Depending on where you live in the world, seasonal changes may help make landscape photographs more interesting. Here we see the trees leaves changing color and some flowers in the foreground. Normally, overcast skies are inferior for landscapes, but here we have good lighting over most of the scene, and the color of the fall foliage makes the scene more interesting. Because of the soft lighting, I was also able to bring up lots of significant detail in the main subject, the statue, and not lose too much texture in the shadows.  I think I was fortunate in that the bronze color of the statue was significantly distinct from its background.

Consider an image taken here in summer under broad daylight — would a uniform mass of dark green tree leaves in the background help or harm it? What about the harsh lighting of midday? Or how about in winter — would bare tree branches add anything positive to the image? Or, was this image taken under fortunate conditions?

Howell Island Conservation Area, in Chesterfield, Missouri, USA - night view of Centaur Chute from causeway to island

I hand-held the camera while taking this image of an island in a river; the scene was illumined by the light of a half-moon obscured by clouds, and underexposed by five stops. Only about two digital bits of usable tonality are left in this image, giving us a severely abstracted representation of the original scene. This might be suitable for exhibit in an avant-garde gallery, since it comes very close to the limits of photography, and is almost a pure exercise in form and shadow. It is not, however, a pretty landscape photo.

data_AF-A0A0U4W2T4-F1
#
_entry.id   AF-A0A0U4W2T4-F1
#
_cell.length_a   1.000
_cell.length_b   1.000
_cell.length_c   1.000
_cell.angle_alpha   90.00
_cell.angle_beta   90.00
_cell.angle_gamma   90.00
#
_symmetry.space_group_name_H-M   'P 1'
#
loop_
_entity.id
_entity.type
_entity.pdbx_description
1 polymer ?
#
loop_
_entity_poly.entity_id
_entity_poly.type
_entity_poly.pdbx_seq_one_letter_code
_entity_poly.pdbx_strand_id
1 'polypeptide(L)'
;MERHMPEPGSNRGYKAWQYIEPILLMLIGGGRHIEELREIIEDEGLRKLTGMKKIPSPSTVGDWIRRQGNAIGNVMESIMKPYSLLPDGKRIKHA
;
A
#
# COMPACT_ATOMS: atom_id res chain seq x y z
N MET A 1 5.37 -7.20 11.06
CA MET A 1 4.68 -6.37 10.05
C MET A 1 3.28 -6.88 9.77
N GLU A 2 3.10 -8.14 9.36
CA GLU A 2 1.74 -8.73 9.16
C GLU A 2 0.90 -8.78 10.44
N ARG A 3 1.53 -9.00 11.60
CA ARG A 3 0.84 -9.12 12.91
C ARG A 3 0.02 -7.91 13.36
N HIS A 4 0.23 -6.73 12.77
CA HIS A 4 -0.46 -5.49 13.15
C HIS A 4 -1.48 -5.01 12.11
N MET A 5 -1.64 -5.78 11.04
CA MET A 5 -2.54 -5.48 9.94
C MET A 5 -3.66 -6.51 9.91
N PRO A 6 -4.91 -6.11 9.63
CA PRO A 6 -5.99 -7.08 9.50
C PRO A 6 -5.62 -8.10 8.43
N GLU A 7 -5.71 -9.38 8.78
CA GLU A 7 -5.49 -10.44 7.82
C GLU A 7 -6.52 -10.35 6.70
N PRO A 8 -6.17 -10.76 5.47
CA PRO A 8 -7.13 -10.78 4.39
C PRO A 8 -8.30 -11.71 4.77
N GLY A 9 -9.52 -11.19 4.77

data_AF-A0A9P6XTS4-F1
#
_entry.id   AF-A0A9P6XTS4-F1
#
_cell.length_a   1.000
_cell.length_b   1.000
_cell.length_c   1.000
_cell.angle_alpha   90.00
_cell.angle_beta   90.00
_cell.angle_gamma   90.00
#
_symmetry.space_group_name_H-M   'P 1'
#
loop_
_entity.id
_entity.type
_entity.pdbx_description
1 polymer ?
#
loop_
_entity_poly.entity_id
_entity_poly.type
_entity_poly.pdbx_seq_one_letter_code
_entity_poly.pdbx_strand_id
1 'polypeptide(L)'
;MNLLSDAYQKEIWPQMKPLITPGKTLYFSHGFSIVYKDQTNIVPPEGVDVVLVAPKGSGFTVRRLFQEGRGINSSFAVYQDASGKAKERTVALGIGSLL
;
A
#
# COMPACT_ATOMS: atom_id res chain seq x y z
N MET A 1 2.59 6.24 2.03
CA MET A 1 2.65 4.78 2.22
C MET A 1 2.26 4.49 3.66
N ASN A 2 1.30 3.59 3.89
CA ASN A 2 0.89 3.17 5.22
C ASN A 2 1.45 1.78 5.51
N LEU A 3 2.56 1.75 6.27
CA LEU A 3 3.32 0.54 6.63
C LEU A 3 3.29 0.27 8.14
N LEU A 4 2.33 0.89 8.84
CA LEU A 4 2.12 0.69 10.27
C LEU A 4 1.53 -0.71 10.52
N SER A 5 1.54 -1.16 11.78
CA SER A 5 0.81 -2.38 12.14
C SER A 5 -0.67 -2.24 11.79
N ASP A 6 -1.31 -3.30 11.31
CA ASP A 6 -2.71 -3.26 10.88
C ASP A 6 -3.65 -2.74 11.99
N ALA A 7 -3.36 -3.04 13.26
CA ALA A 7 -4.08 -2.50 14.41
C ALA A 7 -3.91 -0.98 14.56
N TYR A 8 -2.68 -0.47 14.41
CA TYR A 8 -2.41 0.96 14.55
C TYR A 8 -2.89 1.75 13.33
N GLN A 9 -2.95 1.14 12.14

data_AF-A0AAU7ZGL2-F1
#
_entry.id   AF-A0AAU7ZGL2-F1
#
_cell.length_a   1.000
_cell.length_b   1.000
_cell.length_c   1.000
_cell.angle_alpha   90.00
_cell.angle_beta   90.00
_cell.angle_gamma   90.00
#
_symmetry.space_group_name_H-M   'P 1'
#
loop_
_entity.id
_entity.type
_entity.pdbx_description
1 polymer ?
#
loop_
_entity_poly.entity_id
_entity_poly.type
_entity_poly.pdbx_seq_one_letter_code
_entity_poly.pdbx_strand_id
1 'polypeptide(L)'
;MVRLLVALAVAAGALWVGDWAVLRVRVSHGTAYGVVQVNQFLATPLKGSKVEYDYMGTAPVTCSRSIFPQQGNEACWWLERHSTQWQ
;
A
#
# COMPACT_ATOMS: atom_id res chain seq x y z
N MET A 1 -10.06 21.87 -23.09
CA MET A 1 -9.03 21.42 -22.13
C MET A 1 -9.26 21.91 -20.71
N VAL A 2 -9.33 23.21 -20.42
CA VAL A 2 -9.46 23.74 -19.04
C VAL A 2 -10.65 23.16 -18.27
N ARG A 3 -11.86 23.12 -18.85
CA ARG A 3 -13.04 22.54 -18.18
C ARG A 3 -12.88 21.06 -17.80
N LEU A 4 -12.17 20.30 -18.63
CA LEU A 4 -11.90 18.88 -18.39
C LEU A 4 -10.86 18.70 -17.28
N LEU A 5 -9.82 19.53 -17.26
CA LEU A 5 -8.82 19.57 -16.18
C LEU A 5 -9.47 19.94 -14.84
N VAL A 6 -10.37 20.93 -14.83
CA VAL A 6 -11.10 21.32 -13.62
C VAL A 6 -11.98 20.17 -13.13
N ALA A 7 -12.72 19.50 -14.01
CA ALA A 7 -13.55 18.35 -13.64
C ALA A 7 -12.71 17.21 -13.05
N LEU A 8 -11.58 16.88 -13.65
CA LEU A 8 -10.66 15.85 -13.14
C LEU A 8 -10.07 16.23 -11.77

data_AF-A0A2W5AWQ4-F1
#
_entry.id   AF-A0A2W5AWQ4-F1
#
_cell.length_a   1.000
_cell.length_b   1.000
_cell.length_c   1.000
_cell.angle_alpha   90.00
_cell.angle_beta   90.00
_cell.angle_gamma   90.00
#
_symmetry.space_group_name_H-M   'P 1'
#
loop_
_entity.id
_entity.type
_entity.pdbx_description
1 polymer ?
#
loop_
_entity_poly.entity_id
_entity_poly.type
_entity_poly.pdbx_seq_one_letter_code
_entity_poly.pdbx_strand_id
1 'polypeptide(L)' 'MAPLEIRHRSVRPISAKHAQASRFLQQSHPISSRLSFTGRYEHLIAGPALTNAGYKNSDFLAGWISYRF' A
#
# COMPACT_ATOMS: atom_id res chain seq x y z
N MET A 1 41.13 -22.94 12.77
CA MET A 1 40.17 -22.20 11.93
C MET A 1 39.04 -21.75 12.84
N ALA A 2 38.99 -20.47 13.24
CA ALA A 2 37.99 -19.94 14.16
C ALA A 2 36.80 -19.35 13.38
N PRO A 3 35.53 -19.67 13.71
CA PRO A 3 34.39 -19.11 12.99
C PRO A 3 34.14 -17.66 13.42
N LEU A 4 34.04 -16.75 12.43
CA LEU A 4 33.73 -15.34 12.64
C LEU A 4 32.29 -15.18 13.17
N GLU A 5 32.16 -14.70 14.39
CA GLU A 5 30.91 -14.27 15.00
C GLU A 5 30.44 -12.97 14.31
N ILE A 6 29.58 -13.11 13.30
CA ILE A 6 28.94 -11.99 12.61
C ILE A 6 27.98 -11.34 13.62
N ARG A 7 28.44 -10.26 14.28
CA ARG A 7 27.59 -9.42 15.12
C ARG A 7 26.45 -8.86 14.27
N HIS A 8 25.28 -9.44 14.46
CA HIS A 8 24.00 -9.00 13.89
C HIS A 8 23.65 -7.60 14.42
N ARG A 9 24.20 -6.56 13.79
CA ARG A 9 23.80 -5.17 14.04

Imagine if the Superbowl were to be stripped of all inessential elements such as the flashy advertising and elaborate half-time show, and was only a well-played football game. True football fans would perhaps prefer this kind of less-distracting, more focused kind of a game. Likewise, many in the art world more appreciate a photograph that cuts distractions to a minimum, a photograph that gets to the core of photography and the subject. The general public may beg to differ, for the Superbowl also has a social aspect, and so we usually have a disconnect between the desires of experts and the wider population, in sports and in the arts. For example, if you visit the Grand Canyon with your family, you most certainly ought to photograph your kids in front of the canyon, for the sake of the family album, but don’t expect that to appeal to fine arts professionals.

The English word ‘abstract’ comes from the Latin ‘abstractus,’ meaning “drawn away,” and so that word usually means is a taking away of details. One photograph that is more abstract than the other will have less detail than the one that is less abstract. In my opinion, because of how human perception and memory works, I think that a certain level of abstraction is essential in quality photography. Of course, every photograph draws a lot away from the original subject, but I think that even more abstraction than a typical snapshot is necessary to have a good final image.

Herein lies a paradox. Image quality is usually preferred. Most viewers of two otherwise identical photographs will prefer the one that has higher image quality. But most viewers will also prefer an image that has less inessential detail than another. In one study of thousands of photographic portraits, test subjects, on average, rated images with narrow depth of field higher than those with deep depth of field — that is, they rated the more abstract images much higher than those which were less abstract. High quality is appreciated, but having a more abstract final image is also appreciated.